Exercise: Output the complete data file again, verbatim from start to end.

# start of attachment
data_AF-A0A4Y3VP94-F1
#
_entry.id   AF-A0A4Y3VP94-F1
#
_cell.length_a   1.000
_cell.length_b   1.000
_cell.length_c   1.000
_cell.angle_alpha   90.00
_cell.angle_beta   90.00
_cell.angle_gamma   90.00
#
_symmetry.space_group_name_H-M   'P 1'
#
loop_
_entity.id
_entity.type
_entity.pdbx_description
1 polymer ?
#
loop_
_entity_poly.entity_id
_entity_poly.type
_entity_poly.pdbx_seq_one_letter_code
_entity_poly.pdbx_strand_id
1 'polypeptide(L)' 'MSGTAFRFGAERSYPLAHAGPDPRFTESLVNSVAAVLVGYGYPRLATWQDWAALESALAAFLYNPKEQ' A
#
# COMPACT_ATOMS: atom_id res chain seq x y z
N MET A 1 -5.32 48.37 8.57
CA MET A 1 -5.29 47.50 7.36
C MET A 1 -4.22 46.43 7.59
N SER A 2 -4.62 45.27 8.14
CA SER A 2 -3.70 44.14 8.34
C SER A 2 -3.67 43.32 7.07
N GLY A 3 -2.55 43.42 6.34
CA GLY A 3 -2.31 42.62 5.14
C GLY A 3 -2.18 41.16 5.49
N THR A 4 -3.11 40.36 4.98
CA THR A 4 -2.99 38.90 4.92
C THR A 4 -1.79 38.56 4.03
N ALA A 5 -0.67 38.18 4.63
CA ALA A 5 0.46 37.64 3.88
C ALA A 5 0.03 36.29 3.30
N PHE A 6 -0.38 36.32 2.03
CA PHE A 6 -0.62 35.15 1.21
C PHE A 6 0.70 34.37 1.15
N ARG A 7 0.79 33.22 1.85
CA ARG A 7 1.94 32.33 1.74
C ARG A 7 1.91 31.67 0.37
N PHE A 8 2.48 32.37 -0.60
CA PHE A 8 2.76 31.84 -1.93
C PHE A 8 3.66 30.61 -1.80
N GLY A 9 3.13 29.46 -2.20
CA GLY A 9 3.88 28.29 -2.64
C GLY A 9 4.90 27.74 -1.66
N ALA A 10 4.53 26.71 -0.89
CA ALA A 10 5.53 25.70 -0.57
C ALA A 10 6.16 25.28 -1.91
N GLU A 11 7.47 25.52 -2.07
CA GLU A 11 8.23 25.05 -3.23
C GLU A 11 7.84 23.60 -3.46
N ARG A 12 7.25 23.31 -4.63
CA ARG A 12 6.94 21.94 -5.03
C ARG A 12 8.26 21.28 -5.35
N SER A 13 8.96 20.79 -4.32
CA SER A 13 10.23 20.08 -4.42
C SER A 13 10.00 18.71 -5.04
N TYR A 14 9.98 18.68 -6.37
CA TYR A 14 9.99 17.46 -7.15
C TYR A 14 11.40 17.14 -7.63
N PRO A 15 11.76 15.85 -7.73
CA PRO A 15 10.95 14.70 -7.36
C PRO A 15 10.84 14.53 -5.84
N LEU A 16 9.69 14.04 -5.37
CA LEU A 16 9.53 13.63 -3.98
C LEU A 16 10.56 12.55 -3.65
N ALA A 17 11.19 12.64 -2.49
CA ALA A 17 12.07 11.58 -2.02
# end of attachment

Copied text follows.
data_AF-A0A4Y3VP94-F1
#
_entry.id   AF-A0A4Y3VP94-F1
#
_cell.length_a   1.000
_cell.length_b   1.000
_cell.length_c   1.000
_cell.angle_alpha   90.00
_cell.angle_beta   90.00
_cell.angle_gamma   90.00
#
_symmetry.space_group_name_H-M   'P 1'
#
loop_
_entity.id
_entity.type
_entity.pdbx_description
1 polymer ?
#
loop_
_entity_poly.entity_id
_entity_poly.type
_entity_poly.pdbx_seq_one_letter_code
_entity_poly.pdbx_strand_id
1 'polypeptide(L)' 'MSGTAFRFGAERSYPLAHAGPDPRFTESLVNSVAAVLVGYGYPRLATWQDWAALESALAAFLYNPKEQ' A
#
# COMPACT_ATOMS: atom_id res chain seq x y z
N MET A 1 -5.32 48.37 8.57
CA MET A 1 -5.29 47.50 7.36
C MET A 1 -4.22 46.43 7.59
N SER A 2 -4.62 45.27 8.14
CA SER A 2 -3.70 44.14 8.34
C SER A 2 -3.67 43.32 7.07
N GLY A 3 -2.55 43.42 6.34
CA GLY A 3 -2.31 42.62 5.14
C GLY A 3 -2.18 41.16 5.49
N THR A 4 -3.11 40.36 4.98
CA THR A 4 -2.99 38.90 4.92
C THR A 4 -1.79 38.56 4.03
N ALA A 5 -0.67 38.18 4.63
CA ALA A 5 0.46 37.64 3.88
C ALA A 5 0.03 36.29 3.30
N PHE A 6 -0.38 36.32 2.03
CA PHE A 6 -0.62 35.15 1.21
C PHE A 6 0.70 34.37 1.15
N ARG A 7 0.79 33.22 1.85
CA ARG A 7 1.94 32.33 1.74
C ARG A 7 1.91 31.67 0.37
N PHE A 8 2.48 32.37 -0.60
CA PHE A 8 2.76 31.84 -1.93
C PHE A 8 3.66 30.61 -1.80
N GLY A 9 3.13 29.46 -2.20
CA GLY A 9 3.88 28.29 -2.64
C GLY A 9 4.90 27.74 -1.66
N ALA A 10 4.53 26.71 -0.89
CA ALA A 10 5.53 25.70 -0.57
C ALA A 10 6.16 25.28 -1.91
N GLU A 11 7.47 25.52 -2.07
CA GLU A 11 8.23 25.05 -3.23
C GLU A 11 7.84 23.60 -3.46
N ARG A 12 7.25 23.31 -4.63
CA ARG A 12 6.94 21.94 -5.03
C ARG A 12 8.26 21.28 -5.35
N SER A 13 8.96 20.79 -4.32
CA SER A 13 10.23 20.08 -4.42
C SER A 13 10.00 18.71 -5.04
N TYR A 14 9.98 18.68 -6.37
CA TYR A 14 9.99 17.46 -7.15
C TYR A 14 11.40 17.14 -7.63
N PRO A 15 11.76 15.85 -7.73
CA PRO A 15 10.95 14.70 -7.36
C PRO A 15 10.84 14.53 -5.84
N LEU A 16 9.69 14.04 -5.37
CA LEU A 16 9.53 13.63 -3.98
C LEU A 16 10.56 12.55 -3.65
N ALA A 17 11.19 12.64 -2.49
CA ALA A 17 12.07 11.58 -2.02